Don't Believe the Experts That Make the Lists!

The best and worst places to retire may include states and cities that should not be on the list. These lists are often produced by people who have never visited the place or even interviewed residents.

For example, Tennessee has been listed on both the best and worst places for retirees. Best place to live, because it has no income tax making it more affordable. Worst place to live, because of the high percentage of retirees living below the poverty level.

The often quoted U.S. News & World Report articles base their lists mostly on the cost-of-living rates and taxation. Because of this one-dimensional analysis, Connecticut, Hawaii, California and New York City are listed among the worst places to live.

So, Where Is the Best Place to Retire?

That decision will be unique for you. List your priorities.

  • Financial - taxes (property & income), cost-of-living, housing costs
  • Climate - "not too hot", "not too cool", sunny days, mild winters
  • Scenery - rivers, mountains, beaches, lakes
  • Medical care - quality, accessibility, proximity, life expectancy rates
  • Safety - crime rate, gated community, violent crime
  • Recreational opportunities - golf, skiing, boating, hiking, parks
  • Transportation - subways, bus system, trains, a major airport
  • Big city amenities - cultural, theaters, museums
  • Natural disasters - tornados, hurricanes, earthquakes, floods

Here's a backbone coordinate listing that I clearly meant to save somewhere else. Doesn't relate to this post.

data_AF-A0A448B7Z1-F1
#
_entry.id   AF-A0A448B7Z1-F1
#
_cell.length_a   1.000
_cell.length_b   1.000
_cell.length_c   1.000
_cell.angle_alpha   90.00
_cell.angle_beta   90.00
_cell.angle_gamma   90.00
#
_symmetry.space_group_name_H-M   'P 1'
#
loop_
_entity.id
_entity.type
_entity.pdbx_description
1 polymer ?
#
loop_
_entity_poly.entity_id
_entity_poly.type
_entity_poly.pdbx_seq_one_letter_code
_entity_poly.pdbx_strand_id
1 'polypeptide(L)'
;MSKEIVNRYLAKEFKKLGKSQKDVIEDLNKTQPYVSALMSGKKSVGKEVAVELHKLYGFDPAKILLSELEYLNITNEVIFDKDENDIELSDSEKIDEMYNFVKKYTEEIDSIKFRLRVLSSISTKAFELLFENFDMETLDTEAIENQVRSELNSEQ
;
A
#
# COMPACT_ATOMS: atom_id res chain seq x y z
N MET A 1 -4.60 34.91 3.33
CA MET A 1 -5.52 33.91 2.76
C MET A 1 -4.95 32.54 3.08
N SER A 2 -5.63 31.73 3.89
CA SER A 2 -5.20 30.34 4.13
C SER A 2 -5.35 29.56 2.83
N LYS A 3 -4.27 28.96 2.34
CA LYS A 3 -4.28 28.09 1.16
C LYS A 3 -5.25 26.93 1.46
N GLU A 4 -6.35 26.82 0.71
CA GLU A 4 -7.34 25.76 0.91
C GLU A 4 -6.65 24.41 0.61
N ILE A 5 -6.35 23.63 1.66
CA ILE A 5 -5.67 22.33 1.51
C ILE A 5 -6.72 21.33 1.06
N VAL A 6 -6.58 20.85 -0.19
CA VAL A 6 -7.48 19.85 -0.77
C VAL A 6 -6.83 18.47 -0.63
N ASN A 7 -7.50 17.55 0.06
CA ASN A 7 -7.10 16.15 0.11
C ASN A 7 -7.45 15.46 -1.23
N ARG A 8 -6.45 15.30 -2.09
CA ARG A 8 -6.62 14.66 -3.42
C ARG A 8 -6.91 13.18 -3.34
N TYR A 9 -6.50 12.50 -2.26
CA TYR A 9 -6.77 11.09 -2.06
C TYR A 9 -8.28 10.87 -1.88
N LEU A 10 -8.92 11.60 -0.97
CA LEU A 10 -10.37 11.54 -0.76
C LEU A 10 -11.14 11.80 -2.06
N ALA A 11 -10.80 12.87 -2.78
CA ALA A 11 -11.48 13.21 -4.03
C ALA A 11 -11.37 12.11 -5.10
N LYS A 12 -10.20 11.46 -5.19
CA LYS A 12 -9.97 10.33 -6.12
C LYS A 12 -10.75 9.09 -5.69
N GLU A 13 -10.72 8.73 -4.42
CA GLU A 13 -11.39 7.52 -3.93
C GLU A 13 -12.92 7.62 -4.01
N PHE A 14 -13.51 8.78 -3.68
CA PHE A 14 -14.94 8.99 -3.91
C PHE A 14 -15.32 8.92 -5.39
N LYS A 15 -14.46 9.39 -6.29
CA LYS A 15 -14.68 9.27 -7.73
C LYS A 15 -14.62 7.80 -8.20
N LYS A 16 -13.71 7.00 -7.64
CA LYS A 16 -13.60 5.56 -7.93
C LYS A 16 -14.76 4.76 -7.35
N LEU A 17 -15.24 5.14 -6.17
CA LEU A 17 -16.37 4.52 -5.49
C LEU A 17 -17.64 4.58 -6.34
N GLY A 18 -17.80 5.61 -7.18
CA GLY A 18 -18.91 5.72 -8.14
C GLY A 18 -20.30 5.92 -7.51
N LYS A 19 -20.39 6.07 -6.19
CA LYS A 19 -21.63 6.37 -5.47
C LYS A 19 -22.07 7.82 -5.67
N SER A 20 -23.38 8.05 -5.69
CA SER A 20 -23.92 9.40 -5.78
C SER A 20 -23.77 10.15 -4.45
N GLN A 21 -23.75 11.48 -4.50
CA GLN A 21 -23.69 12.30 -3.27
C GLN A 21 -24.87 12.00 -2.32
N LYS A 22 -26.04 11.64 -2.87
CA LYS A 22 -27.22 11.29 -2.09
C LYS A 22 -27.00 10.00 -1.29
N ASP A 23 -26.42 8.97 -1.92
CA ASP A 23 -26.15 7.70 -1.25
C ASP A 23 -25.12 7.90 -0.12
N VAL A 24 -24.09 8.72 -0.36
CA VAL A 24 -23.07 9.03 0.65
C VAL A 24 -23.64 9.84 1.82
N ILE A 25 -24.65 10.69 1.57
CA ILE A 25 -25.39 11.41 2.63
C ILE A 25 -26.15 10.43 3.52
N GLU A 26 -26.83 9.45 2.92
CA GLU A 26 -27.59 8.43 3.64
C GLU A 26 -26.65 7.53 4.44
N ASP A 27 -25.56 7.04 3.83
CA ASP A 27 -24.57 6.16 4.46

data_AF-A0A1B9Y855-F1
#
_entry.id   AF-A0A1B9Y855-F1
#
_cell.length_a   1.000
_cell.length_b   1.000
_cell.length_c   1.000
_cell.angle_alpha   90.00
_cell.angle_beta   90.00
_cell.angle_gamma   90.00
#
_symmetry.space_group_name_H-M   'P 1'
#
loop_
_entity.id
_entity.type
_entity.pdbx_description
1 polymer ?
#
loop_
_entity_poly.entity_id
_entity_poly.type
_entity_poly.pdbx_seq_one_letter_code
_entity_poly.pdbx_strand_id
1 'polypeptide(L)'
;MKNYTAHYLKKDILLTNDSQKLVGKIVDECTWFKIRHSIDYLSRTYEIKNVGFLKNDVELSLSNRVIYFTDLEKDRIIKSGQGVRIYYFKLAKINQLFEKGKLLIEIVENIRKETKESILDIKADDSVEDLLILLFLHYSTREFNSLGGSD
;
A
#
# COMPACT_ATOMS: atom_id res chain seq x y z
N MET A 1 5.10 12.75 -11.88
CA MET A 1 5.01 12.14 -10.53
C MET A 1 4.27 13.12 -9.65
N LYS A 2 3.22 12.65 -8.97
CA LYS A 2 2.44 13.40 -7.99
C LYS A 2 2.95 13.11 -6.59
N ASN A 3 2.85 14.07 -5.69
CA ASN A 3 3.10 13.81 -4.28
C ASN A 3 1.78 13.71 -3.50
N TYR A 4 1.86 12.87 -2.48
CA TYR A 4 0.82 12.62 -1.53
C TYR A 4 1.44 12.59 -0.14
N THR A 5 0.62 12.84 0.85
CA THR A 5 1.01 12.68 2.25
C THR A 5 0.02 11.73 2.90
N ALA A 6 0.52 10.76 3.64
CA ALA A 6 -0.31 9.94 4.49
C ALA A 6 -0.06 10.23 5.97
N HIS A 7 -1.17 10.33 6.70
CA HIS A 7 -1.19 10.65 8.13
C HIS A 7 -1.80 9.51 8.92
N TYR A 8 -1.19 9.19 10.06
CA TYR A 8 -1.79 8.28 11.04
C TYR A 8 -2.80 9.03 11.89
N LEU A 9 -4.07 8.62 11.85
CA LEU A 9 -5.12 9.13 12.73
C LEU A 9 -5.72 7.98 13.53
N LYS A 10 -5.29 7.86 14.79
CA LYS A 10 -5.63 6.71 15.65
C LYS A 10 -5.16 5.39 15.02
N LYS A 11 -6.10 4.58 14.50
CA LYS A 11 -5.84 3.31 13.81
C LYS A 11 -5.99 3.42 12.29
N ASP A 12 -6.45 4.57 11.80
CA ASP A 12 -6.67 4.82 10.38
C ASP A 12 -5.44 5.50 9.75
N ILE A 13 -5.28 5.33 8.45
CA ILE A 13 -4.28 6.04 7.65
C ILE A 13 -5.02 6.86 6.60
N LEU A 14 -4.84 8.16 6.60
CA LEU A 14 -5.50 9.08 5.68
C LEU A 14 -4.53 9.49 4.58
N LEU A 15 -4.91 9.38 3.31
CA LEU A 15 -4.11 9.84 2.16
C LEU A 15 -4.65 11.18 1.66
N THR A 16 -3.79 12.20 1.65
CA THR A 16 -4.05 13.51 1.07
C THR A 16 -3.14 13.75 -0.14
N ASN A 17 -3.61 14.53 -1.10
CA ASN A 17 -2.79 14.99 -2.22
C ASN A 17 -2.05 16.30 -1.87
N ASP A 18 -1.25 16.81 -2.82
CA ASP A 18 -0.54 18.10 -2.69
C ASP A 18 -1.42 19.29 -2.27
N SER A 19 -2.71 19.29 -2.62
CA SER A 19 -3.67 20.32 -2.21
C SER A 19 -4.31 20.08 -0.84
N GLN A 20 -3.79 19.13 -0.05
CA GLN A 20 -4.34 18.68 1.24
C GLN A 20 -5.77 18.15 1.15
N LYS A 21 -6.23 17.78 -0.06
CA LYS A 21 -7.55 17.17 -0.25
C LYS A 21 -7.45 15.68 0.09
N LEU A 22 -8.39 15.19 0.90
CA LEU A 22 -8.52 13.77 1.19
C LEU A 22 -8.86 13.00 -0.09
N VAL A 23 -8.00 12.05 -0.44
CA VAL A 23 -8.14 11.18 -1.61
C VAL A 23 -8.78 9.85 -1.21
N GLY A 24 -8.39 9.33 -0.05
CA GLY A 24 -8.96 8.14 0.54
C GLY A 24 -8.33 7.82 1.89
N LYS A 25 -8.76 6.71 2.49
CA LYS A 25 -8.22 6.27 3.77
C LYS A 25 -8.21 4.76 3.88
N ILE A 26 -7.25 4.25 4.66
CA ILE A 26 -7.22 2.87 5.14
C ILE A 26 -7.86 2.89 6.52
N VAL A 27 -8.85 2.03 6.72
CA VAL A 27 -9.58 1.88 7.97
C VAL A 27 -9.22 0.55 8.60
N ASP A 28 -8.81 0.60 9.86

Is There a Perfect Place to Retire?

No. If there was everyone would retire there. And the results of over-population would occur. There would be higher housing costs, more crime, traffic congestion, etc.

There is not even a perfect place for you. There will always be something that could be better. Perfect, therefore, should not be our goal. But, we can find the best place to retire if we identify our priorities and find a place that fits our most important needs.

I suggest making a list of your priorities. Assign each priority a value. Organize the list and start searching for a place that fits your most important desires. It may be where you are living now. It was for me.

I live in a state that has four distinct seasons. I don't mind the snow as long as I can spend a couple of winter months exploring different southern cities and states.

How to Avoid Making a Mistake When
Choosing a Retirement Location!

The goal is to minimize the chance of making a mistake. I have several suggestions.

  • Research the place that you are considering. Contact the Chamber of Commerce. Learn as much as you can about the city, town or neighborhood.
  • Talk to anyone that you know and trust. Ask them about their experiences. Perhaps there is a local group that has presentations or discussions about retirement areas.
  • Consider small towns near larger cities.
  • Travel to the area a couple of times to experience the weather extremes. Live there for several months before making a final decision. You will soon discover where in the city, town or state, you want to live.

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See Best CitiesBest States, and Best Retirement Communities for more selection information. 

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